Raloxifene – a Scientific Review

​Raloxifene also is popularly known as Evista, a second-generation SERM (selective estrogen receptor modulator) that works as an inhibitor of estrogen and its production in the body. As an estrogen-controlling drug, Evista is known to treat uterine and breast-related cancers. Because of its proven potency in the treatment of breast cancer and osteoporosis, especially in postmenopausal women, this drug has become popular in many countries across the world. Remember that women who are suffering from postmenopausal osteoporosis are highly vulnerable to the risk of invasive breast cancer.

Studies conducted to establish the treatment effect of this drug in comparison to other equivalents such as tamoxifen showed that the drug does not have adverse effects. However, researchers found that Raloxifene was associated with a lower and rare risk of stroke and venous thromboembolism. Owing to these findings, Raloxifene has become increasingly popular for the protection and treatment of invasive breast cancer, especially among postmenopausal women with high osteoporosis.

A Detailed Look into its Uses

Raloxifene has been used for many years to treat women for bone loss, especially which is escalated after reaching menopause. It has been found to slow down muscle wasting and bone loss while at the same time keeping your bones much stronger. That reduces the risks of injuries involving broken bones. This drug helps with a lot of conditions, including the following:• Resolving bone loss and muscle wasting following menopause• Preventing and treating breast cancer, especially among women who’ve hit menopause (these are highly vulnerable to breast cancer)• Preventing postmenopausal osteoporosis• Preventing Glucocorticoid-induced osteoporosis

It also decreases the risk of getting other types of cancer of the breast other than post-menopause breast cancer.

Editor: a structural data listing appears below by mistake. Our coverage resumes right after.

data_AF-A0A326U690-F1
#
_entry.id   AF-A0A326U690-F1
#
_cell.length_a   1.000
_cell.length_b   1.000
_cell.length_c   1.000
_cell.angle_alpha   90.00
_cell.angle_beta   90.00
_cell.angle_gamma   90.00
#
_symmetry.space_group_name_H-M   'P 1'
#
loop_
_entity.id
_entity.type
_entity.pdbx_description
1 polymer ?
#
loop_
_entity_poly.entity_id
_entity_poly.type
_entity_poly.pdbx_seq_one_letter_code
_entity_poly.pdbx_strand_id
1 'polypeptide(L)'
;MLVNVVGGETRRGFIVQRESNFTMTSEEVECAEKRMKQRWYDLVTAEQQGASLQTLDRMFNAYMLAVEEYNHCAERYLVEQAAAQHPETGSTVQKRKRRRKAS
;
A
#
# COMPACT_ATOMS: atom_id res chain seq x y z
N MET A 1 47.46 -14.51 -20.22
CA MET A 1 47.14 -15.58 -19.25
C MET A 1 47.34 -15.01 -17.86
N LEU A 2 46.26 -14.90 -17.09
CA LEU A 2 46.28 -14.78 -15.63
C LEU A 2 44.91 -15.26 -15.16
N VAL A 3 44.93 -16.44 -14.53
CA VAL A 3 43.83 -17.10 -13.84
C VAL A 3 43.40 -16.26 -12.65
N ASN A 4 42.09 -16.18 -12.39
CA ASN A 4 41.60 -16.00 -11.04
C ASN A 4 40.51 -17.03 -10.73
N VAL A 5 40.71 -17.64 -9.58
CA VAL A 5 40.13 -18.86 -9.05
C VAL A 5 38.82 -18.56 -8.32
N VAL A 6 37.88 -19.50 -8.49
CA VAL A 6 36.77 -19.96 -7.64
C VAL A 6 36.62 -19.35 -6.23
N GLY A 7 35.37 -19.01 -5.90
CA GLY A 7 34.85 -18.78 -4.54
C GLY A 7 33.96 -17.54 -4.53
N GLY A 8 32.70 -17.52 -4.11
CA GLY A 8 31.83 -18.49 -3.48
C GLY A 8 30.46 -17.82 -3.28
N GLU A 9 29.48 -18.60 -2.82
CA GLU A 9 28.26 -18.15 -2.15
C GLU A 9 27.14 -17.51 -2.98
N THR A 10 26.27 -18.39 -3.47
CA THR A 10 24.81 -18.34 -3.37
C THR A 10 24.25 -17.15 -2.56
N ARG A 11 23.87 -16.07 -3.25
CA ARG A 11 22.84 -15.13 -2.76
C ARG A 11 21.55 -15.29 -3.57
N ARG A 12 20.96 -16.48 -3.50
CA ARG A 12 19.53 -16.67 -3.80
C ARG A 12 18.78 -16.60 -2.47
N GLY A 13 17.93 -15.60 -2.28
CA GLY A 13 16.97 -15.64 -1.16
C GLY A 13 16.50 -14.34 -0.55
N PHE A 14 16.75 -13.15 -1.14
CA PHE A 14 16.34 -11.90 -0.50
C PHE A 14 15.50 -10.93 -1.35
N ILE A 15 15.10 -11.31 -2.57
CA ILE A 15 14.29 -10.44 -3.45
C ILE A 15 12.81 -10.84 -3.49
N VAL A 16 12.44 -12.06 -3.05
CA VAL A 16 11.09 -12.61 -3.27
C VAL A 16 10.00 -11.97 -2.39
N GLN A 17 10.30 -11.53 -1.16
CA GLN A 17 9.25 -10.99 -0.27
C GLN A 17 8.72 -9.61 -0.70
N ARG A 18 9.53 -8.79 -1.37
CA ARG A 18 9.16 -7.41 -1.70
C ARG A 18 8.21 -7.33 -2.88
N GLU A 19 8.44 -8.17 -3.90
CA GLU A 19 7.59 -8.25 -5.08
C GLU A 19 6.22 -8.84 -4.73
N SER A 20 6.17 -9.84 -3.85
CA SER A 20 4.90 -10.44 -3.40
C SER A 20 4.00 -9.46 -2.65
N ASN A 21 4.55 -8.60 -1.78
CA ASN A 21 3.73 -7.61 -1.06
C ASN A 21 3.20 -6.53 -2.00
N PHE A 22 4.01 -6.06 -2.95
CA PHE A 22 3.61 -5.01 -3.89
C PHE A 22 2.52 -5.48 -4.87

Although it is non-estrogen, Raloxifene works in the same way estrogens work. When in the breasts, this drug works to block or inhibit estrogen production. However, it doesn’t help to relieve menopause symptoms.


• This treatment should not be applied before attaining menopause. • It should not be used to prevent or treat heart-related diseases• This medication should not be used before menopause.

How to use Raloxifene HCL

Before starting with this medication, ensure to talk to your doctor or pharmacist to know if you are the right candidate for it.  It is recommended to take the drug orally as per the doctor’s directions once per day. Taking the medication will help you achieve the best from it. You should consult your doctor to see if you may need to supplement your diet with calcium-reach supplements and those with vitamin D.

Because of its ease of absorption through the lungs and the skin, it is not recommended to take it while pregnant, as it may harm your unborn child.

Side Effects of the Treatment

As hinted to earlier in this article, Raloxifene may carry some side effects, albeit mild and manageable. Some of them include hot flashes and leg cramps. If any of these side effects are on the rise, talk to your doctor for help.

In case you experience any severe or unusual side effects on your body while on this drug, get the help of a medical doctor immediately. Some of the signs you must look out for include blood clot (which may be indicated by sudden pain, swelling, or redness of the leg or arm. Others may be blurred vision, strokes, speech problems, among others.

Interactions of Raloxifene Hydrochloride with Other Drugs

It is worth noting that drug interactions can alter the way your medication works in the body, increasing the risks of side effects. Therefore, it is essential to discuss with your pharmacists and keep a list of drugs that you are currently using to be sure that you do not expose yourself to adverse side effects. It is also not recommended to begin, stop, or change your dosage or medication midway without the advice of your doctor. Here are some of the drugs that Raloxifene may easily interact with: Bile acid-binding resins, including cholestyramine, colestipol, and estrogen-based other medicines.

While on this medication, specific laboratory tests may be hampered, causing inaccurate test outcomes.